What is the fundamental flaw of AI?
Recently, someone sent me AI-generated art and said, “How cool is that?” I looked at it, showed it to my wife, and we both said, “It looks kind of dead.”
It’s so mathematically perfect that there’s no life in it.
I immediately imagined myself seeing that picture in an art gallery hanging next to Monet. No comparison.
No doubt, AI-generated art is okay in the sense that it looks like art. But it’s not properly art. Because art is not created mathematically. It’s created inspirationally. It has a soul.
AI-generated “art” may look perfect, but it’s dead because it’s soulless. It cannot have a soul because no one inspired it.
It takes inspiration to have a soul. AI-generated content may read fine, even perfect, but is it food for the soul?
I experimented with ChatGPT, asking it to create a short story based on Russian folklore. It came out fine, readable, passable, recognizable characters that I knew from my childhood, but it was drab and meaningless.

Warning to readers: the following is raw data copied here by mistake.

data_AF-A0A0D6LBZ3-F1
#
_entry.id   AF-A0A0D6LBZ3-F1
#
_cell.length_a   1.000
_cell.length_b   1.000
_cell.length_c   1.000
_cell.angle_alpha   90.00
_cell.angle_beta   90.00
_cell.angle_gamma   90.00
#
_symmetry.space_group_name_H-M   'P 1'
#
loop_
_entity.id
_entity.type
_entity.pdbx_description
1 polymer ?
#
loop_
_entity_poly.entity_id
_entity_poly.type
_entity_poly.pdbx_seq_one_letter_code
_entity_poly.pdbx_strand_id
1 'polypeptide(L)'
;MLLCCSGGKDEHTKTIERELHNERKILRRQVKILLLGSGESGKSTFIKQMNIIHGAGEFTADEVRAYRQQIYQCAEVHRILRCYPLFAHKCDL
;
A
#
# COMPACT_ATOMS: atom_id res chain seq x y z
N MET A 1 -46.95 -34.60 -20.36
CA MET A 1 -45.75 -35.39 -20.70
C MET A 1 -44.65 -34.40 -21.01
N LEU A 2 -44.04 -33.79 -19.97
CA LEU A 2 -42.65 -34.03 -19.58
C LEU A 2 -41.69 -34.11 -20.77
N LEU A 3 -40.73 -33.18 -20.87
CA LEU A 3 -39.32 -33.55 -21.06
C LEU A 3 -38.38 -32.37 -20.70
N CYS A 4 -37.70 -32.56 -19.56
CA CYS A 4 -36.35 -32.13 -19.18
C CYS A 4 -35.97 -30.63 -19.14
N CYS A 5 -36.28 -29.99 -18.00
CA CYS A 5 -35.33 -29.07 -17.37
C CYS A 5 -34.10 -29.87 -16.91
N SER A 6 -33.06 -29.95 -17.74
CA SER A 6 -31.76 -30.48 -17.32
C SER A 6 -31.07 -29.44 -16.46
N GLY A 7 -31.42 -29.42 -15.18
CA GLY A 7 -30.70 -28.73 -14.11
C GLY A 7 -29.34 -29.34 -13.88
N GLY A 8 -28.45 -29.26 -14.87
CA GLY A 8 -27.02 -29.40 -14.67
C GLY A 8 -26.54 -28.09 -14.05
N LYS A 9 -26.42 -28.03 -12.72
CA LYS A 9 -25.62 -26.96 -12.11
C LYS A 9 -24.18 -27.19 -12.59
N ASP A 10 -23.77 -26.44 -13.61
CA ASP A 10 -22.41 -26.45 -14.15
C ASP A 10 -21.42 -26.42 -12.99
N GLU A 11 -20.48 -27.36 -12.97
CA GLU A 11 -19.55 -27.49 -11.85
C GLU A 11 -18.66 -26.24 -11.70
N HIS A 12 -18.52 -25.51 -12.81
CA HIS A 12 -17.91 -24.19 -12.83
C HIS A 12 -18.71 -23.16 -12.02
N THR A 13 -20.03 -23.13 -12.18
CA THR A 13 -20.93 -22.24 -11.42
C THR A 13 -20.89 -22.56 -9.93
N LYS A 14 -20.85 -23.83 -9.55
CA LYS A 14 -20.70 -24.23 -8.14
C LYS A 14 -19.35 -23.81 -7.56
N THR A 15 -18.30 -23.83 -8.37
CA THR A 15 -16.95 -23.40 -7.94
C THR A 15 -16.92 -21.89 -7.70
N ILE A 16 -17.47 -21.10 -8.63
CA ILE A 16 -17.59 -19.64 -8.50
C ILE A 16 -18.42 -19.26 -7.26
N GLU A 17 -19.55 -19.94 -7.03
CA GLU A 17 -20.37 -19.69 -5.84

But why? What is the fundamental flaw of AI?
The answer is deeply philosophical and spiritual – not technical or mathematical.
According to Martin Buber, there are two ways of relating to the world. One is called “I-It,” and the other “I-Thou.”
The “I-It” model is seeing the world as separate from myself. It’s literally “I” and “It.” There’s no connection. I am a subject, and the world is an object out there.
I can only observe it from the outside, gather data about it, measure it, and conceptualize it.
In the “I-It” pattern, we believe we only know something when we have studied it externally by amassing data about it. If I gather all the data about the Sun, I know what the Sun is. If I gather all the data about that person, I know what that person is.
But do I really know that person by collecting data about them? No. I have only created a mental concept of that person based on the data collected and mistaken that concept for reality.Continue reading “Death by AI: The Fundamental Flaw of AI According to Goethe”